Large-Scale Rapid Liquid Printing
Author(s)Hajash, Kathleen; Sparrman, Bjorn Eric; Guberan, Christophe; Laucks, Jared S.; Tibbits, Skylar
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Despite many advances, most three-dimensional (3D) printers today remain in the realm of rapid prototyping, rarely being used for manufacturing. Currently, the greatest challenges to advancing 3D printing technology are small build volumes, long print times, and limited material properties. In this article, we present rapid liquid printing (RLP) as a solution to these challenges. RLP is an experimental process that uses a tank of granular gel as a reusable support medium to greatly increase the speed, size, and material properties in 3D printing. The RLP machine can freely print in any direction, rather than layer by layer, depositing liquid material into the granular gel to form 3D structures. The RLP deposition system can use any one- or two-part material that is photo or chemically cured, expanding the range of possible materials to include high-quality industrial-grade rubbers, foams, and plastics, among many others. It is platform independent and can be implemented on any computer numerically controlled machine, robotic arm, or similar fabrication machine. In our research, we demonstrate the possible range of scales, printing both small- and large-scale objects ranging from inches to many feet. In addition to scale, RLP is fast, capable of printing a complex object in seconds to minutes rather than hours or days. In this article, we outline the three major components in the system: the control platform, deposition system, and granular gel. In addition, we explain our materials research and outline the primary steps of operation. Lastly, we present our results by comparing prints from an RLP machine with a stereolithography printer. With a combination of speed, scale, and a wide range of materials, RLP is an ideal platform for researchers, designers, and manufacturers to quickly print large-scale products with high-quality, industrial-grade materials. Keywords: 3D printing; large-scale printing; robotic fabrication; rapid liquid printing; additive manufacturing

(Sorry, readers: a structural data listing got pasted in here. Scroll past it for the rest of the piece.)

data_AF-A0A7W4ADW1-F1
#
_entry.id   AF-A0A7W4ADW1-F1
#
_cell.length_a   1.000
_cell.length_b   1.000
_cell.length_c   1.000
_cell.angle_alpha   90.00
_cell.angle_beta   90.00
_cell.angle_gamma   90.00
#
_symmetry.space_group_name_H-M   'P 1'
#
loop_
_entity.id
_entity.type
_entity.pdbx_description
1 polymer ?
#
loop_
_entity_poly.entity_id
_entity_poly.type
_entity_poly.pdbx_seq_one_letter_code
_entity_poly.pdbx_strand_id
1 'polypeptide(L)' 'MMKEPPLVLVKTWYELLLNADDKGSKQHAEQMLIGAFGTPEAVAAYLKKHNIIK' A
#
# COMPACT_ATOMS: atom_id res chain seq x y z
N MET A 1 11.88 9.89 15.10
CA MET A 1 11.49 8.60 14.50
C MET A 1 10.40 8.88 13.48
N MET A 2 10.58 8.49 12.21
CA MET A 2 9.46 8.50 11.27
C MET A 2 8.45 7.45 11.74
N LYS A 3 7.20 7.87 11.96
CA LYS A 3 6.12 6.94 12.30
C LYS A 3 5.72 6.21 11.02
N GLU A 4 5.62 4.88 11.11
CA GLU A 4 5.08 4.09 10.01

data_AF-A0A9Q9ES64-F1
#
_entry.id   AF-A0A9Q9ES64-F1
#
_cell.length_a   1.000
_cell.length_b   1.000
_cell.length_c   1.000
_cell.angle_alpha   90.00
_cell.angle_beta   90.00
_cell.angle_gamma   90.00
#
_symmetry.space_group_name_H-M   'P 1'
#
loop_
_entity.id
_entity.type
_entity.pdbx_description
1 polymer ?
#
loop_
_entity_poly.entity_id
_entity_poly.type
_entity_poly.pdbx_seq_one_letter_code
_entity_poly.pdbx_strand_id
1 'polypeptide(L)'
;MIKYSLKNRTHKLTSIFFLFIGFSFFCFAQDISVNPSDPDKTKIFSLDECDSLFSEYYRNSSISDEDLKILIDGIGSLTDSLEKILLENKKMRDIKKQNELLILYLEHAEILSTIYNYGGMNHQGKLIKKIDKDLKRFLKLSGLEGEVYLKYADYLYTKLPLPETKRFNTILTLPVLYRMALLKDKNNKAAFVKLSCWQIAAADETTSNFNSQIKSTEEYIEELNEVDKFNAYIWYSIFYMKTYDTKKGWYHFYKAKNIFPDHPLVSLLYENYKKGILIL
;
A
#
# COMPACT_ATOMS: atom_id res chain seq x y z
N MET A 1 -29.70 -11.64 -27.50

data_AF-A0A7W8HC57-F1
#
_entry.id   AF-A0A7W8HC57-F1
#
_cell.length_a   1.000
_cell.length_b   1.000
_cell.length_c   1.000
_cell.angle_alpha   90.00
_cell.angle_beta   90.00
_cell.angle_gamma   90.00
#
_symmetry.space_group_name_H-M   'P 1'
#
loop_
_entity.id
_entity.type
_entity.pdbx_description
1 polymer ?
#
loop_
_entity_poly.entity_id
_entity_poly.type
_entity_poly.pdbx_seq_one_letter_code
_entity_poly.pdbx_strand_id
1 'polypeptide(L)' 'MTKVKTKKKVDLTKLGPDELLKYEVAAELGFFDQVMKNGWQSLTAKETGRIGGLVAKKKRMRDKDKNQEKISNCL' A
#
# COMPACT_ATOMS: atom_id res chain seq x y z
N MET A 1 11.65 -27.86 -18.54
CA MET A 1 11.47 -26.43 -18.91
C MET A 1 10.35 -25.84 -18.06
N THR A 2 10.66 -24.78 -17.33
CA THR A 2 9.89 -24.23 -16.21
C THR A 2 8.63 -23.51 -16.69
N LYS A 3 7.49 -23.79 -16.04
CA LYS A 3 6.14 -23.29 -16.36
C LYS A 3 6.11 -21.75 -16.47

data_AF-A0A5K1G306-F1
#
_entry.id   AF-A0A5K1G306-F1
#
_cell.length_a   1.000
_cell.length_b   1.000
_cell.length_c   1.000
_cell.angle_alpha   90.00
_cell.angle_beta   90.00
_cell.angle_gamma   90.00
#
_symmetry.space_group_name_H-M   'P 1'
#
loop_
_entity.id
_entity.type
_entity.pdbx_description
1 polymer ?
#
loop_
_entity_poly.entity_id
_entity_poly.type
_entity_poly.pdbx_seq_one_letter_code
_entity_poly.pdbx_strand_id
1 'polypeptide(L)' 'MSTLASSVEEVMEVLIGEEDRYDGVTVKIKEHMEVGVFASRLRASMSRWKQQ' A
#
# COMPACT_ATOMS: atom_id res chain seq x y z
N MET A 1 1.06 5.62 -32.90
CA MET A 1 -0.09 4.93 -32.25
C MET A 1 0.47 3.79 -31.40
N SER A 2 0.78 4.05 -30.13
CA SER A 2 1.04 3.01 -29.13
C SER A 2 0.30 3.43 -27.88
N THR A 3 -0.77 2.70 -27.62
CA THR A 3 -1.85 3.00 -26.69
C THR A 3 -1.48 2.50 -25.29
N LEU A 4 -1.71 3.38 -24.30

DepartmentMassachusetts Institute of Technology. Self-Assembly Lab; Massachusetts Institute of Technology. Department of Materials Science and Engineering
3D Printing and Additive Manufacturing
Mary Ann Liebert, Inc.
Hajash, Kathleen et al. "Large-Scale Rapid Liquid Printing." 3D Printing and Additive Manufacturing, 4, 3 (September 2017): 123-132 © 2017 Mary Ann Liebert, Inc.
Final published version